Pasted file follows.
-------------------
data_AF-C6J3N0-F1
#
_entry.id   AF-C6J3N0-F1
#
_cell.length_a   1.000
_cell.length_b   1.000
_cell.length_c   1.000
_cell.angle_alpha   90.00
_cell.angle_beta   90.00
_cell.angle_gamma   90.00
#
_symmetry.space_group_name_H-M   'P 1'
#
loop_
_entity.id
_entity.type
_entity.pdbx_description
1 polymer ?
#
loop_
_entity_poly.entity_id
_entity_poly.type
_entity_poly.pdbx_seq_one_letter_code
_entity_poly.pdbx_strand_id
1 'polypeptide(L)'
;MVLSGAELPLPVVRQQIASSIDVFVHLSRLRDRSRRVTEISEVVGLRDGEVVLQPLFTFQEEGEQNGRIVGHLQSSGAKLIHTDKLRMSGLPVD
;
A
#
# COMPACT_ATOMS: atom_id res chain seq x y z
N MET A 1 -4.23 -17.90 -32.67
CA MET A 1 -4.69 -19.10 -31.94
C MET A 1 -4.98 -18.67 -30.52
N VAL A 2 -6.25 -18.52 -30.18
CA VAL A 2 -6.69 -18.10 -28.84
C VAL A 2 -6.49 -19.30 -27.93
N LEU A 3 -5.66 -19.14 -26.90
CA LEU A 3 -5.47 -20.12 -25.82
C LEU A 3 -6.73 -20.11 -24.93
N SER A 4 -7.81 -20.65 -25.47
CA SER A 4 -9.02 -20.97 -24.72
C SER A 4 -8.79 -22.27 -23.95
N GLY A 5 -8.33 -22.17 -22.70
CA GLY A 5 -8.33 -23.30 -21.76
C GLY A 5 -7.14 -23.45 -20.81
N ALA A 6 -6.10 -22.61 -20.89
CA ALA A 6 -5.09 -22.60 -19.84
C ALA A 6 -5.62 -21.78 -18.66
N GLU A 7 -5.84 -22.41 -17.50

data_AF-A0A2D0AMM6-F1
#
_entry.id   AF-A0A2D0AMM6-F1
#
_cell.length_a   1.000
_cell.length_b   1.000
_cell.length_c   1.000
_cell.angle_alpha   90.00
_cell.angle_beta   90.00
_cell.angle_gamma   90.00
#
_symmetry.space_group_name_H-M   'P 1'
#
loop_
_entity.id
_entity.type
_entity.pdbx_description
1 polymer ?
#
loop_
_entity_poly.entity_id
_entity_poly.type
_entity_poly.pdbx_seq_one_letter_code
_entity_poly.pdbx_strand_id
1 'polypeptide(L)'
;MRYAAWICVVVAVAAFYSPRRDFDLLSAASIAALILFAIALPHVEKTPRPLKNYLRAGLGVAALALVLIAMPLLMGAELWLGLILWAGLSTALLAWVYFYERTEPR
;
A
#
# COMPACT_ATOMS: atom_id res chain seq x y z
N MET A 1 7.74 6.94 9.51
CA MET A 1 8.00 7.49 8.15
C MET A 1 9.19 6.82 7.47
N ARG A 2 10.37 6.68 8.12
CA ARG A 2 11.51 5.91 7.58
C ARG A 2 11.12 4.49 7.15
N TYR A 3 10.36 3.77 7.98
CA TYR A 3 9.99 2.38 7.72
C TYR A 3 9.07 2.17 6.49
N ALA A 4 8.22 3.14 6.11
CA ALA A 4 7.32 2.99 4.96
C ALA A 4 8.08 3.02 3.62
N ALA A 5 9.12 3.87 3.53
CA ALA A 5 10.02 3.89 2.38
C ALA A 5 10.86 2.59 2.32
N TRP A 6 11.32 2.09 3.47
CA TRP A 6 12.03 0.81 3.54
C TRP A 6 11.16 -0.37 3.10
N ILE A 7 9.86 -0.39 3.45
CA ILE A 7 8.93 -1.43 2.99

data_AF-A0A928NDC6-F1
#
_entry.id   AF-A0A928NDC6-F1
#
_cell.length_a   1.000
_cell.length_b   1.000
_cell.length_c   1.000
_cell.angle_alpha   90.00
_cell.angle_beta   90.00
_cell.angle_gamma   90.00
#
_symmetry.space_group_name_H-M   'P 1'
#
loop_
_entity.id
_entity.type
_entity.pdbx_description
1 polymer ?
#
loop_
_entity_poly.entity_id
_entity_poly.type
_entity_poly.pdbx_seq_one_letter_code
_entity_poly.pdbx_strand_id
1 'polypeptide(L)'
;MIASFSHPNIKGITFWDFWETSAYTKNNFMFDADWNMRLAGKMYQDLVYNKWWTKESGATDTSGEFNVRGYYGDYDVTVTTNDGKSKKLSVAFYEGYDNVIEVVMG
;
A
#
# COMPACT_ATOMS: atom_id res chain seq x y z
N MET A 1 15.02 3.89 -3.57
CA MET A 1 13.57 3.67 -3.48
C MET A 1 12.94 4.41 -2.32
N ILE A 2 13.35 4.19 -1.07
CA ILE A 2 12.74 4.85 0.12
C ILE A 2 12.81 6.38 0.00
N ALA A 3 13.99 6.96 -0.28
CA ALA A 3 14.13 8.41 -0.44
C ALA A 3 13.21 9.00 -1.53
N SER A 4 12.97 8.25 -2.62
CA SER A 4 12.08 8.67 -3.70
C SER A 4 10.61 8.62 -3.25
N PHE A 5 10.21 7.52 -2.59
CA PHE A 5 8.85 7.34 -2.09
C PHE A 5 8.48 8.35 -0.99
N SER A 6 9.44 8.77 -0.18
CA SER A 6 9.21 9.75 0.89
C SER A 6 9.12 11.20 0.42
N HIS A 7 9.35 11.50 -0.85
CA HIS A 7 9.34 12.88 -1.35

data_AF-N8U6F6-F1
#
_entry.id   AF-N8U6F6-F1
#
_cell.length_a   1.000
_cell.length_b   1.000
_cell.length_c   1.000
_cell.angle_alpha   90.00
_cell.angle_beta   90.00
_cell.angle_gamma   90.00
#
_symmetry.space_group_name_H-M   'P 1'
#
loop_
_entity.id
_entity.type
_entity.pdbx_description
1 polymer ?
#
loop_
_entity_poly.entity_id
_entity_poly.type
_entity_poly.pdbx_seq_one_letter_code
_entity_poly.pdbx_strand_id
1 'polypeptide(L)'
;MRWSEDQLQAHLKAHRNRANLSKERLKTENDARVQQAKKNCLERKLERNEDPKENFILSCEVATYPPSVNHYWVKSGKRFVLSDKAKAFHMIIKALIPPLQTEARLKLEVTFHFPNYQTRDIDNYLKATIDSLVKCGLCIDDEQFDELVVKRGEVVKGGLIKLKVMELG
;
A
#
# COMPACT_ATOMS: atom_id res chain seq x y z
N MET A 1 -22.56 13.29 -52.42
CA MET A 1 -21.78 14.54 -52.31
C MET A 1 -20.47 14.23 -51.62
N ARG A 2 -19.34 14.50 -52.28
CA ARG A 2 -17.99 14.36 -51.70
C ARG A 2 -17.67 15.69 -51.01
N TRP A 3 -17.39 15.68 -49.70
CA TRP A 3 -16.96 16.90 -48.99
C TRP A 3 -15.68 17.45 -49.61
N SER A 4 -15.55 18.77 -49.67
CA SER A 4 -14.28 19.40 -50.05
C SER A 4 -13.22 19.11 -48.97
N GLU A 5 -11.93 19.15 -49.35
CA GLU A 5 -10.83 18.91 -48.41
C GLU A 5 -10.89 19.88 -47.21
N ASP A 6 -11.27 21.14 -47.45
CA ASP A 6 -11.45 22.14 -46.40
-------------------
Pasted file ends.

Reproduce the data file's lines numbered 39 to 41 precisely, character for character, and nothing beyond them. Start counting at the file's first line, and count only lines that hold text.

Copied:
C LEU A 3 -6.73 -20.11 -24.93
N SER A 4 -7.81 -20.65 -25.47
CA SER A 4 -9.02 -20.97 -24.72